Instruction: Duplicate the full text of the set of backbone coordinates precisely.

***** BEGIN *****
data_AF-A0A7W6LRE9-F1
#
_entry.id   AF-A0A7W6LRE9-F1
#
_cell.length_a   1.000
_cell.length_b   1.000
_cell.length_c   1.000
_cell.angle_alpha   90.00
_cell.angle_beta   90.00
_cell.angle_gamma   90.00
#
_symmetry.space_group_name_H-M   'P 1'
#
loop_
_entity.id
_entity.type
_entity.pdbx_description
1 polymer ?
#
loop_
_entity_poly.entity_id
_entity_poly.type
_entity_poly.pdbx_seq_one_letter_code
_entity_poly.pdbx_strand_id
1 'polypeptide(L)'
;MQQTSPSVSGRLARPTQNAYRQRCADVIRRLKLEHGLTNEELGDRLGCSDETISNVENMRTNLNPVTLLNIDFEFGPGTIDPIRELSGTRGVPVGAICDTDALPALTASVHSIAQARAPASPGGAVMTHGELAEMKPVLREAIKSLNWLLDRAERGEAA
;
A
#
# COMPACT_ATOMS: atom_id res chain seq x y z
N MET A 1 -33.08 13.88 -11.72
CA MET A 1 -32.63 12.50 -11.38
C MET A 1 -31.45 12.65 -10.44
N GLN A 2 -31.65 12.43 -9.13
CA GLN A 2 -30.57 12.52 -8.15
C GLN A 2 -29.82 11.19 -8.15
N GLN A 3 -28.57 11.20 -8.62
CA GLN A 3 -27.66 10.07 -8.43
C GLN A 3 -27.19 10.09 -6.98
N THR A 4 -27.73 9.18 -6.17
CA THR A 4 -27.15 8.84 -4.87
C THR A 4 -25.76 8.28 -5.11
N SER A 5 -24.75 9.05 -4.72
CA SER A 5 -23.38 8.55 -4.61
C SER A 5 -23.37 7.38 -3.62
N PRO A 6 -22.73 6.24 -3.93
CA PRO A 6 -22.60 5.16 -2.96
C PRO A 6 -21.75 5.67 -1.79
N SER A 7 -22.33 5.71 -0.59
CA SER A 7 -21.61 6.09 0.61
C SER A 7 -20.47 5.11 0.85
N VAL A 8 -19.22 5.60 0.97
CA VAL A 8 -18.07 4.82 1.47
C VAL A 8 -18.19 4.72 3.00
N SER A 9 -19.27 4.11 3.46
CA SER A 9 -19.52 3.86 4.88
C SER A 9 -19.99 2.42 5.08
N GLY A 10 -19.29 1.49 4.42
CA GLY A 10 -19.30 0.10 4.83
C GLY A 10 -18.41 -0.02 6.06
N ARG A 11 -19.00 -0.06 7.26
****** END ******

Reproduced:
data_AF-A0A7W6LRE9-F1
#
_entry.id   AF-A0A7W6LRE9-F1
#
_cell.length_a   1.000
_cell.length_b   1.000
_cell.length_c   1.000
_cell.angle_alpha   90.00
_cell.angle_beta   90.00
_cell.angle_gamma   90.00
#
_symmetry.space_group_name_H-M   'P 1'
#
loop_
_entity.id
_entity.type
_entity.pdbx_description
1 polymer ?
#
loop_
_entity_poly.entity_id
_entity_poly.type
_entity_poly.pdbx_seq_one_letter_code
_entity_poly.pdbx_strand_id
1 'polypeptide(L)'
;MQQTSPSVSGRLARPTQNAYRQRCADVIRRLKLEHGLTNEELGDRLGCSDETISNVENMRTNLNPVTLLNIDFEFGPGTIDPIRELSGTRGVPVGAICDTDALPALTASVHSIAQARAPASPGGAVMTHGELAEMKPVLREAIKSLNWLLDRAERGEAA
;
A
#
# COMPACT_ATOMS: atom_id res chain seq x y z
N MET A 1 -33.08 13.88 -11.72
CA MET A 1 -32.63 12.50 -11.38
C MET A 1 -31.45 12.65 -10.44
N GLN A 2 -31.65 12.43 -9.13
CA GLN A 2 -30.57 12.52 -8.15
C GLN A 2 -29.82 11.19 -8.15
N GLN A 3 -28.57 11.20 -8.62
CA GLN A 3 -27.66 10.07 -8.43
C GLN A 3 -27.19 10.09 -6.98
N THR A 4 -27.73 9.18 -6.17
CA THR A 4 -27.15 8.84 -4.87
C THR A 4 -25.76 8.28 -5.11
N SER A 5 -24.75 9.05 -4.72
CA SER A 5 -23.38 8.55 -4.61
C SER A 5 -23.37 7.38 -3.62
N PRO A 6 -22.73 6.24 -3.93
CA PRO A 6 -22.60 5.16 -2.96
C PRO A 6 -21.75 5.67 -1.79
N SER A 7 -22.33 5.71 -0.59
CA SER A 7 -21.61 6.09 0.61
C SER A 7 -20.47 5.11 0.85
N VAL A 8 -19.22 5.60 0.97
CA VAL A 8 -18.07 4.82 1.47
C VAL A 8 -18.19 4.72 3.00
N SER A 9 -19.27 4.11 3.46
CA SER A 9 -19.52 3.86 4.88
C SER A 9 -19.99 2.42 5.08
N GLY A 10 -19.29 1.49 4.42
CA GLY A 10 -19.30 0.10 4.83
C GLY A 10 -18.41 -0.02 6.06
N ARG A 11 -19.00 -0.06 7.26